All the online recipes make it sound so easy (and it is!), but I’m not really a fan of the results I’ve gotten from DIY powdered detergents. Things like hazy glassware, specks of leftover detergent and remnants of last night’s dinner are a total turn off when I’m unloading the dishwasher, no matter how well I clean and maintain it otherwise.
I’ll do everything in my power to avoid them, even if it means spending more money on the commercial stuff. But when I stumbled on a recipe for liquid dishwasher detergent, I thought I’d give making my own a go.
Homemade Liquid Dishwasher Detergent
The problem with homemade detergent powders is that they don’t always dissolve in the wash. And that means that your dishes often come out dirtier than before. But when you make a liquid detergent, you allow plenty of time for the particles to dissolve, so they break down food more easily and rinse clean.
I must say I’m pleasantly surprised with this homemade liquid dishwasher detergent. While it's not perfect (most homemade products aren't) it actually cleans my dishes without leaving residue, powdery flakes or lingering grime. Not to mention, it costs a fraction of the store bought detergents.
Dishwasher Detergent Ingredients
The active ingredient in most commercial detergents is washing soda, a nontoxic cleaner that helps cut through grease. Because washing soda is an easy-to-find and inexpensive natural cleaner, it's the perfect addition to any homemade dishwasher detergent.
I like to add in a little Borax to help raise the water’s pH and create hydrogen peroxide. This in turn removes hardwater deposits and disinfects your dishes. Despite what some in the online community say about Borax, I'm not afraid to use it use it on dishes (or anything else, for that matter).
According to one study done on mice, Borax may affect reproductive health when ingested in abnormally high quantities. That same study also shows that small amounts of Borax had no affect on fertility and were tolerated just fine.
The other issue some people have with Borax is that the dust can irritate the eyes, throat and nose. Be sure to measure out your Borax carefully so as not to kick any dust into the air and store any leftover Borax away from kids and pets. If you still feel uncomfortable using it, leave it out!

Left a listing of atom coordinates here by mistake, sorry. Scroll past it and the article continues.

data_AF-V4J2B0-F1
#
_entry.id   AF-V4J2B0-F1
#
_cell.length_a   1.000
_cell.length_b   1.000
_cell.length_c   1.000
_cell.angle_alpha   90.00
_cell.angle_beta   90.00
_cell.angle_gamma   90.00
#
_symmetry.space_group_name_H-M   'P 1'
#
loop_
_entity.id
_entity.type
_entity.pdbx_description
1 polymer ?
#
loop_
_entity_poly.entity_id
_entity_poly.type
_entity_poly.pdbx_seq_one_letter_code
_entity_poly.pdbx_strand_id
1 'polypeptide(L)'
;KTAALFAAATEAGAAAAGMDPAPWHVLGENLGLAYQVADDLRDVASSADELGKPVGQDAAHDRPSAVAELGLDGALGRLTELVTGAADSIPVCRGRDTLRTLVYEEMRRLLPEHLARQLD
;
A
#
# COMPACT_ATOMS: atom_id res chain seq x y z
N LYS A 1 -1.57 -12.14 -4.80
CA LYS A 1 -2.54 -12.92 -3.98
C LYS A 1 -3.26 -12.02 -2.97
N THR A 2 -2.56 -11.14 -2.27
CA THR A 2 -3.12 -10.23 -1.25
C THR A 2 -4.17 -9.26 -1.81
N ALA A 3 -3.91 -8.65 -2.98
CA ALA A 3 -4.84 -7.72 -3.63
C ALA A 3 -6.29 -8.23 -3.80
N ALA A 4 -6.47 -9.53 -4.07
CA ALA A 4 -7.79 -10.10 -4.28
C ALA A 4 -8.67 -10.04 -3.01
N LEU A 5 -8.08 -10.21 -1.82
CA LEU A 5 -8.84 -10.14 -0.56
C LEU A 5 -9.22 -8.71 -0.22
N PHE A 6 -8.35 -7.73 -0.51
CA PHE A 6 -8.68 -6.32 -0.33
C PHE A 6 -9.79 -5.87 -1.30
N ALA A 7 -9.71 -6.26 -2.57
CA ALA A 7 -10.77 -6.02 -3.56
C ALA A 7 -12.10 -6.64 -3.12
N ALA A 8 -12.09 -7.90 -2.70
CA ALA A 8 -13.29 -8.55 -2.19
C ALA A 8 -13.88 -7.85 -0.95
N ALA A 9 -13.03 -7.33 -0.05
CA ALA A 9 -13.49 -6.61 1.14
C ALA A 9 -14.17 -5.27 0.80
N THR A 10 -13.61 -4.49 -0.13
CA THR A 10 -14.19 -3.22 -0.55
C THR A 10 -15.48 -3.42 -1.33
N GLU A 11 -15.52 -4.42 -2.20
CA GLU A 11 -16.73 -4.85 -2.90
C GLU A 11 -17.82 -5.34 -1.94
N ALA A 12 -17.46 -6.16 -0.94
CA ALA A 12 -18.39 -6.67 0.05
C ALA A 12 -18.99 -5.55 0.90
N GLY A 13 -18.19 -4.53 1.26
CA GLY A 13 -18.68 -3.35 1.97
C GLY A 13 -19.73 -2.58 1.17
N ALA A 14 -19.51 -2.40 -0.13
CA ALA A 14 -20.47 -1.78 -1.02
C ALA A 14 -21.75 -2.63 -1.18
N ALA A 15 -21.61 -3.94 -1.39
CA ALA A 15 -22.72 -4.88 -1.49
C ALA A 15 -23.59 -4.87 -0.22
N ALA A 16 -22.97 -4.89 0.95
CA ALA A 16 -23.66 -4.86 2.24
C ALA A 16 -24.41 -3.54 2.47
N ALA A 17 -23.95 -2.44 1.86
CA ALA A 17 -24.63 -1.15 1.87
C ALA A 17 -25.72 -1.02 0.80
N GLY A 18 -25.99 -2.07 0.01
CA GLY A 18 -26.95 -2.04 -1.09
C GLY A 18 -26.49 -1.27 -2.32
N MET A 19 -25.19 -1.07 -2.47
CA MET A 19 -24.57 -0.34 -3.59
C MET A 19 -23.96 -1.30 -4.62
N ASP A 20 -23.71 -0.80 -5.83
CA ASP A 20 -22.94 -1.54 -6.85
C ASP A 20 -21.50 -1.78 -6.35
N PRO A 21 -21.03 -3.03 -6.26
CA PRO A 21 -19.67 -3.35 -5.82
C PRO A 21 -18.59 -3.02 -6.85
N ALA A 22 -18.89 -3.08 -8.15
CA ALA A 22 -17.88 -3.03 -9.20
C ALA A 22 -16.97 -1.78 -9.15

Last but not least, salt acts as a scouring agent to help remove tough dirt and stuck on food. And grapefruit and thyme essential oils are used for their antibacterial properties and fresh, clean scent.
To make it a liquid, simply add water until you get a pourable paste consistency. Keep it in a jar or store in an old squeeze bottle by the dishwasher.
Dishwasher Detergent FAQ
Can I use this for hand washing dishes?
This would be perfect for washing dishes by hand. You can even add castile soap, if you like.
Can I add castile soap to this dishwasher detergent recipe?
Yes, absolutely. If you would like more of soap-like consistency, castile soap can boost the cleaning power without creating too much suds or damaging your dishwasher.
Can I add citric acid to homemade liquid dishwasher detergent?
Most recipes also call for citric acid to add a sparkly shine to dishware. But if you’ve ever made bath bombs, you know what happens when you combine baking soda, citric acid and water. You’re left with a hot mess.
I learned the hard way that the same happens if you add citric acid to washing soda. While it can still give your dishes some added shine, make sure to introduce it as a rinse aid later in the wash cycle and not as an ingredient in your detergent.
Why does my detergent thicken over time?
The powder ingredients in this detergent absorb water as they sit. If you find that your detergent thickens too much, simply add warm water one tablespoon at a time and stir everything together.
Homemade Liquid Dishwasher Detergent
- Lidded jar or plastic squeeze bottle
- Combine all ingredients in a bowl and whisk to break up clumps as best you can. Transfer to a lidded jar or an old squeeze bottle.
- Use up to 2 tablespoons per load, shaking before each use.